Love is not irritable or resentful. Love is not easily annoyed, nor is it bitter or indignant. We could add that love is not cynical either, in that cynicism is closely related to irritability and resentment. This means that these characteristics are expressions of faithlessness. Faithlessness often expresses itself as irritation and resentment. Faithlessness is often bitter and indignant, and conversely, to be bitter and indignant are expressions of faithlessness. Of course, those who are bitter and indignant often slide into cynicism, which is a another expression of faithlessness.
Interesting, Paul may have had the ancient Greek Cynics in mind when he penned this verse. Cynicism originated in the philosophy of a group of ancient Greeks who rejected all conventions, whether of religion, manners, housing, dress, or decency, and advocated the pursuit of virtue in a simple, unmaterialistic lifestyle. The ancient Cynics almost sound spiritual to our Modern ears, but not to Paul’s. Paul rejected the cynical rejection of the world. Christian spirituality is not a matter of rejecting the world. Christianity is not found or expressed through a rejection of the world. Of course, Christians reject sin, but not the world. God loves the world. Life as we know it is not possible apart from the world.
When we think of the world we think of John 3:16, and yet to really understand John 3:16 we need to hear it in context.
“For God so loved the world, that he gave his only Son, that whoever believes in him should not perish but have eternal life. For God did not send his Son into the world to condemn the world, but in order that the world might be saved through him. Whoever believes in him is not condemned, but whoever does not believe is condemned already, because he has not believed in the name of the only Son of God. And this is the judgment: the light has come into the world, and people loved the darkness rather than the light because their deeds were evil. For everyone who does wicked things hates the light and does not come to the light, lest his deeds should be exposed. But whoever does what is true comes to the light, so that it may be clearly seen that his deeds have been carried out in God” (John 3:16-21).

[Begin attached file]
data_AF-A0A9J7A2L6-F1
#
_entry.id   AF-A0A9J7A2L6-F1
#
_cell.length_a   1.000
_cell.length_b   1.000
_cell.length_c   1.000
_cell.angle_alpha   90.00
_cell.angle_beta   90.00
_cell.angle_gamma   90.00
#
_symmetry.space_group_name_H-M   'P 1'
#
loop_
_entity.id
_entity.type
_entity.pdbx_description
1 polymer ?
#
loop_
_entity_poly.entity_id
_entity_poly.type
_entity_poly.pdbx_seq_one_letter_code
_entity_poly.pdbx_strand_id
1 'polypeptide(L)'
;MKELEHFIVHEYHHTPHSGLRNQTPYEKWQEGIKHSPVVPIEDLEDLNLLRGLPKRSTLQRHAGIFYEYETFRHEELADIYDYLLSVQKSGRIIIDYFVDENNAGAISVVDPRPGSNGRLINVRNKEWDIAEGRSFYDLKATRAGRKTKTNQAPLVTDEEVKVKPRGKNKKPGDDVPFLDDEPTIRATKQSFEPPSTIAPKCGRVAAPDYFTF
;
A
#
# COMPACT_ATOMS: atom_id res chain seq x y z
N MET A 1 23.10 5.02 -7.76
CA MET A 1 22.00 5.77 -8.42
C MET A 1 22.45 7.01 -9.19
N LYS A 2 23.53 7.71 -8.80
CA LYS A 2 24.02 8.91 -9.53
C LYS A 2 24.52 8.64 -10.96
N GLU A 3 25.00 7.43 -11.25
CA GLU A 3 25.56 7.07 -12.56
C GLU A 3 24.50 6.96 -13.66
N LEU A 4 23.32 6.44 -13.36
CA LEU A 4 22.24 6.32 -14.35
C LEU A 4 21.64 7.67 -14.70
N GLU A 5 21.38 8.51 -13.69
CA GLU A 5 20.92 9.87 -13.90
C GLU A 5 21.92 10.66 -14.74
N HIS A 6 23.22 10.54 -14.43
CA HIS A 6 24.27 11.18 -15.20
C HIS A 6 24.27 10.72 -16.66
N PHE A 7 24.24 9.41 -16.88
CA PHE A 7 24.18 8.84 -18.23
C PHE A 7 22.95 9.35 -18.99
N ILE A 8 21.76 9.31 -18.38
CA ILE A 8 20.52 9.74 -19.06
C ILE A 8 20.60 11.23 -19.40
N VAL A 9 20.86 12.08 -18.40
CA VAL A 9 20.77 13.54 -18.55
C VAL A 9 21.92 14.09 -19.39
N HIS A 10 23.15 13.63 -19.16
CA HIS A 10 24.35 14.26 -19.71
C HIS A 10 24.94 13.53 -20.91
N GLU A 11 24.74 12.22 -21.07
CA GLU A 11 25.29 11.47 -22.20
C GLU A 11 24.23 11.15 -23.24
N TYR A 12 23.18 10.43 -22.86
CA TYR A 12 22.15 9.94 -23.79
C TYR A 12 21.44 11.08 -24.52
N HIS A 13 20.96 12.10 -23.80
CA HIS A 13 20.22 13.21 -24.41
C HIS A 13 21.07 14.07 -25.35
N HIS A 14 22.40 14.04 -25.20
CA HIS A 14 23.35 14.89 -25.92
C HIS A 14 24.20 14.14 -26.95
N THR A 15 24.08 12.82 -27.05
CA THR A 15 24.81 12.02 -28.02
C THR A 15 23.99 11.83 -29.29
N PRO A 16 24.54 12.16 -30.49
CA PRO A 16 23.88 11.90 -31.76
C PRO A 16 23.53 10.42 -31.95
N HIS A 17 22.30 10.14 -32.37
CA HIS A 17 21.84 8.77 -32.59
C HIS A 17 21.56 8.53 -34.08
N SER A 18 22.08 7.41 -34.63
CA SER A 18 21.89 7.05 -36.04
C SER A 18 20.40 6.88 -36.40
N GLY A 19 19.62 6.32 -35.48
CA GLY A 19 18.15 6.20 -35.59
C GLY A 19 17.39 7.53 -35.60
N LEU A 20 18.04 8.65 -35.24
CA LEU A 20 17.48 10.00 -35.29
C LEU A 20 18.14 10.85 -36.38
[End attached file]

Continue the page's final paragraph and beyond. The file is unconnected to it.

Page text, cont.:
We are not called to hate the world — sin, yes, the world, no. We must remember that God intends to change the world by eradicating sin. So, we must not become cynical, even in the midst of a world where there are very good and sound reasons for cynicism. Cynicism, not the world, must be rejected. Christian love is the antidote to cynicism. Christian love is not irritable or resentful, even in the face of irritability and resentfulness. It is not cynical, even in the face of cynicism. Love turns its back on irritability and resentment, and refuses to engage or express them, regardless of our personal feelings.
Love, as Paul has defined it here, is not a function of feelings. Christian love is simply not subject to human feelings. Rather, love is a commitment, a commitment to Christ first and foremost and then to His people, come what may. Love is commitment to biblical principles regardless of how we feel in the moment. Love understands that its commitment to these things — to Christ, to God’s people and to Scripture — is greater than life itself. Love understands that commitment to Christ will survive this temporal life and continue into eternity.
Paul goes on to say that love “does not rejoice at wrongdoing, but rejoices with the truth” (1 Corinthians 13:6). Other translations translate the Greek word as “unrighteousness” or “iniquity.” Love does not rejoice in unrighteousness. Love does not rejoice in iniquity. The word literally means injustice. Love hates injustice, unfairness, unrighteousness and iniquity. But love loves truth — verity, equity, fairness, justice and righteousness. And how could it be otherwise? Because true love loves Jesus Christ, and Jesus Christ is the manifestation of verity, equity, fairness, justice and righteousness. Because Christians love Christ first and foremost, they love these things — the things of Christ — first and foremost, more than other things. Christians rejoice in these things. These things provide joy for those in Christ.
This great Love Chapter provides a call to faithfulness that cuts through the fog of theology and doctrine without denying or belittling theology and doctrine. It makes Christian love real, more than words, more than feelings, more than commitment to an ideal or a cause. “And this is love, that we walk according to his commandments” (2 John 1:6).
About The Author
Author and pastor, Phillip A. Ross founded http://www.Pilgrim-Platform.org . Demonstrating the Apostle Paul’s opposition to worldly Christianity, he published an exposition First Corinthians in 2008. Ross recounts how Paul turned the world upside down in his book, Arsy Varsy — Reclaiming the Gospel in First Corinthians.